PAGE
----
CHARLESTON, W.Va. — The state is building on a process it began in April and will prepare St. Francis Hospital in downtown Charleston to be used as a surge hospital for COVID-19 patients if needed.
Gov. Jim Justice announced the move during his coronavirus media briefing Monday at the state capitol.
“We’re doing this as a test run to absolutely be ready in every way,” Justice said.
Work began four months ago with St. Francis owner Thomas Health System to prep the facility for up to 75 patients. It hasn’t been needed because COVID-19 patient counts have stayed relatively low across the state until now. Hospitalizations were at 116 Monday afternoon.
State Coronavirus Czar Dr. Clay Marsh said there’s currently plenty of room in hospitals in West Virginia to treat COVID patients. He said there are enough ICU beds and ventilators. He said hospitals are filling up though with other patients undergoing elective procedures.
“Our hospitals have really activated again to catch-up on what people didn’t have done during the initial phase of the COVID pandemic,” Marsh said Monday.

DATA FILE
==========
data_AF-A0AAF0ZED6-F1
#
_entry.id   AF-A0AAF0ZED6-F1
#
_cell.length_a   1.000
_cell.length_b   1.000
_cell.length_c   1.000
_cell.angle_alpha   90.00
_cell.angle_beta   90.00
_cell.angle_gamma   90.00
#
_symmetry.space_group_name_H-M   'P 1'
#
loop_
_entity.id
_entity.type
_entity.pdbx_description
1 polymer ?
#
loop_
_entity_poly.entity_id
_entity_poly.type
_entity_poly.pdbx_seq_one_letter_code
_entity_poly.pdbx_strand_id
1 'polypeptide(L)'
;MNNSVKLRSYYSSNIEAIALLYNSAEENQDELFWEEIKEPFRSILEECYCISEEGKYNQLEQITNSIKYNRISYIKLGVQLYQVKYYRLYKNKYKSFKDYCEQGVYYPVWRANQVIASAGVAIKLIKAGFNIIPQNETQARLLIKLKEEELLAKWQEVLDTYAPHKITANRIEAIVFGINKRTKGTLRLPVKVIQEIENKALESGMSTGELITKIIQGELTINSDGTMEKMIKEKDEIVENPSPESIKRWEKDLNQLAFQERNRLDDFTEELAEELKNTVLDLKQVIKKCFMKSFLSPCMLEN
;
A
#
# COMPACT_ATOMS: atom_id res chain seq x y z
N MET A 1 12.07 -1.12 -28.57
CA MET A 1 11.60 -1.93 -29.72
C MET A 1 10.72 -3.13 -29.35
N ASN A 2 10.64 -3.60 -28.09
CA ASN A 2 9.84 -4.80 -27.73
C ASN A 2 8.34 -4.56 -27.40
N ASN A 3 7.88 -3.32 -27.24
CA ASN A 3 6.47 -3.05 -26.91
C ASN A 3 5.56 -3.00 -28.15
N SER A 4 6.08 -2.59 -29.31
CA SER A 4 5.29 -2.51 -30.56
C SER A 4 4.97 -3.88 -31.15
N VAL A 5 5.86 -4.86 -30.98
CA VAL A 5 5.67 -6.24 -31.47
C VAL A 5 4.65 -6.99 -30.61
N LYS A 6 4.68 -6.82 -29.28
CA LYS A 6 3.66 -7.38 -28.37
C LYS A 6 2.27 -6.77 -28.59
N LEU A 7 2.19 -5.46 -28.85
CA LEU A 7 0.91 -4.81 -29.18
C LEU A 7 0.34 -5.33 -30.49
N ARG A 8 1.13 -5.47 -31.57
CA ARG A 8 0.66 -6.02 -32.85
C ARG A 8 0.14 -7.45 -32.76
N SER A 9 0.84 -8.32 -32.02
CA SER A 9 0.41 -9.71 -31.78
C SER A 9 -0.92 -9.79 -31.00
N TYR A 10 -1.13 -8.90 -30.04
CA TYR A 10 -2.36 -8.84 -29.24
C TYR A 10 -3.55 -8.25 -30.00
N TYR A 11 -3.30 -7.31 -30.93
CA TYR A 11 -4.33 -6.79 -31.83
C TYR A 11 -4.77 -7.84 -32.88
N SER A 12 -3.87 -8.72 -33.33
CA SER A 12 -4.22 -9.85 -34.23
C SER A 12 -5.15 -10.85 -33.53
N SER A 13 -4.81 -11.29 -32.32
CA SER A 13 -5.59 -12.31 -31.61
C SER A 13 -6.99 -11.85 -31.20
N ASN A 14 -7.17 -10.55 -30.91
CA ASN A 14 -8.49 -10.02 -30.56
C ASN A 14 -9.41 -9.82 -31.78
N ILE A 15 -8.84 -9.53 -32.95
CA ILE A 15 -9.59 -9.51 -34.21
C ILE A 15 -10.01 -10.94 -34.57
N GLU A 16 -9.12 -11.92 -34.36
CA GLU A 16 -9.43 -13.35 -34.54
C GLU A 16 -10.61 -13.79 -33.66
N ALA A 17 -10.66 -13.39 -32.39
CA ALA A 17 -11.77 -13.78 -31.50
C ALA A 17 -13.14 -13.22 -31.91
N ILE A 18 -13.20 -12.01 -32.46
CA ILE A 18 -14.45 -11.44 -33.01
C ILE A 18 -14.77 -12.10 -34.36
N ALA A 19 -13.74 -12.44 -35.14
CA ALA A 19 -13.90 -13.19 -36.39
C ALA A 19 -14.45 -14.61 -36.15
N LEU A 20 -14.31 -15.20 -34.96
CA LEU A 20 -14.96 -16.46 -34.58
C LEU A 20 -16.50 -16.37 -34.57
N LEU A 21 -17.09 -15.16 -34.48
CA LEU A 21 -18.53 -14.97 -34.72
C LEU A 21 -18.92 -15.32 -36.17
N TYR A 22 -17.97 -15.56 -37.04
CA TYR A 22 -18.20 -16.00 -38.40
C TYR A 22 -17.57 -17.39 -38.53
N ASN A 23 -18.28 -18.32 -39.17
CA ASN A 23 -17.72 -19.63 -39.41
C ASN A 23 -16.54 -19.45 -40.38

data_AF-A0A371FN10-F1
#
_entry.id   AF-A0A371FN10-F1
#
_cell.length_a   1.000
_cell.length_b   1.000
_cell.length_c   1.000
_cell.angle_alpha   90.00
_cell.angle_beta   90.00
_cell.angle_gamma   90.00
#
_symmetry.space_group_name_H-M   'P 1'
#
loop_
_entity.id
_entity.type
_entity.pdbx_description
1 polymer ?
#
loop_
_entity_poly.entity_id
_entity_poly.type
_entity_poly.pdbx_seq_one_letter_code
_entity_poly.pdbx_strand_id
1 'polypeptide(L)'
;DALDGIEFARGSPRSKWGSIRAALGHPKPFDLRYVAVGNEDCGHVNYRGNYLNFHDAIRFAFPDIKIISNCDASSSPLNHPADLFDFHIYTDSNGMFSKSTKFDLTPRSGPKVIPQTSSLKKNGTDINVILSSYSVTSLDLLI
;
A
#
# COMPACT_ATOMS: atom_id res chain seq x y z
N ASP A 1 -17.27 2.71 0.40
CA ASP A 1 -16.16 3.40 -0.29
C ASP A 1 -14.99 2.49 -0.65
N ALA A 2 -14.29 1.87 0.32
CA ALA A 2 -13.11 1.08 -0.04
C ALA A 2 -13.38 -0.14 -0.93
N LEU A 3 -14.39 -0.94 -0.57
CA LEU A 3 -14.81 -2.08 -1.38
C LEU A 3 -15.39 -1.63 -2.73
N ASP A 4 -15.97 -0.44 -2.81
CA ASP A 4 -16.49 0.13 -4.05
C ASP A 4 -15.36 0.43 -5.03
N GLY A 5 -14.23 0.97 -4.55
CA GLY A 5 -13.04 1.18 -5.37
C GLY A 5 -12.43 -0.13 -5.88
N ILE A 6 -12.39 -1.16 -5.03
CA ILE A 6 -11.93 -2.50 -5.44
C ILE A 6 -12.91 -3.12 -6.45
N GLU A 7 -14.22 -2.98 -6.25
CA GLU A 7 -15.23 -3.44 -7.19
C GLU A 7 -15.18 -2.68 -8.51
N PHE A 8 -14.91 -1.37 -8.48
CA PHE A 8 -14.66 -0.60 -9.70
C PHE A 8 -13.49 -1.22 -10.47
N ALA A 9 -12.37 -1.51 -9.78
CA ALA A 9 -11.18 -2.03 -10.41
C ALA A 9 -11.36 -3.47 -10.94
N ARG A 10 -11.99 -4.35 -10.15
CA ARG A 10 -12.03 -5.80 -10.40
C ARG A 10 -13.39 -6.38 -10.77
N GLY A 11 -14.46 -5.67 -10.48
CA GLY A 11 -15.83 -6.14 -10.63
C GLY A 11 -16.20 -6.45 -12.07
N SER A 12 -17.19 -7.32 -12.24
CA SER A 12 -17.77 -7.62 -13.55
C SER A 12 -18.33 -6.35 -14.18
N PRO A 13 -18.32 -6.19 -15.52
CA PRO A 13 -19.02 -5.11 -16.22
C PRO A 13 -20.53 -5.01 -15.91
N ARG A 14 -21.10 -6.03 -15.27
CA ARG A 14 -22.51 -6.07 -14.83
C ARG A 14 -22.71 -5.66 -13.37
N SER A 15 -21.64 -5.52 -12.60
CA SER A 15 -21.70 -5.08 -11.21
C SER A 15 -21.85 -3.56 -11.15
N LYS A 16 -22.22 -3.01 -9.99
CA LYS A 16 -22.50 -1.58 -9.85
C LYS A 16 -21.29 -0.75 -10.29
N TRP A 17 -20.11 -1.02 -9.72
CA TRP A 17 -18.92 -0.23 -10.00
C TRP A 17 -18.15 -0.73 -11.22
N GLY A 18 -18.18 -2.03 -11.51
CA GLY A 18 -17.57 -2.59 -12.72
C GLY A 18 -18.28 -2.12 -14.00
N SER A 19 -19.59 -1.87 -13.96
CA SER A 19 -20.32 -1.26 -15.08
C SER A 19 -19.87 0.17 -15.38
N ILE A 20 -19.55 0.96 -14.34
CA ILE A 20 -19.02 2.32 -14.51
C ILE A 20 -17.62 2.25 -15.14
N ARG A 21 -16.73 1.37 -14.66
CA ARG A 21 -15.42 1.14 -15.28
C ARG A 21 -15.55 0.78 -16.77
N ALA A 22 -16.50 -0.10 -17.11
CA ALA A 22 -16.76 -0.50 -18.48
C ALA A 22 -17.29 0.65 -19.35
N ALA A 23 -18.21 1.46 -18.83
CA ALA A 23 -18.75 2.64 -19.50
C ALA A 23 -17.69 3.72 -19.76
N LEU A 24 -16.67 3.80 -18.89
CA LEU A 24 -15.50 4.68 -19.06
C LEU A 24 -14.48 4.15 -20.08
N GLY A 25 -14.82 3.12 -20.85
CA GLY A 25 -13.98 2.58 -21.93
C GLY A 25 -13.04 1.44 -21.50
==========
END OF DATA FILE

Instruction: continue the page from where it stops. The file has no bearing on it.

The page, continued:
State Department of Health and Human Resources Secretary Bill Crouch said 15 beds will be prepared at St. Francis this week.
“That number could increase as needed as we go forward,” Crouch said. “The surge hospital is designed to treat coronavirus patients diagnosed at medical facilities across the state who are primarily in need of active short-term care or rehabilitation services. Transfers will be coordinated through DHHR and the Thomas Health Transfer Center.”
Marsh said it also be used for nursing home patients transitioning back into those homes after a COVID-related hospital stay.
“There is oftentimes a hesitation to accept people who are transferred from an acute care hospital back to a nursing home sometimes so St. Francis could also provide for us an outlet,” Marsh said.
Thomas Health President and CEO Dan Lauffer said they are glad to work with the state.
“We continue to work through this pandemic together. Thomas Heath and Saint Francis stand ready to care for the community during this difficult time,” Lauffer said. “It’s part of our mission, it’s part of being a faith-based institution.”
Crouch said they’re still not sure the surge hospital will be necessary but they’ll be ready if it is.
“We’re trying to make sure we have a back up plan in place to know everything is in place as needed as we move forward,” Crouch said.
The state said no visitors would be allowed to COVID-19 patients transferred to St. Francis, iPads will be provided to allow for scheduled televideo visits.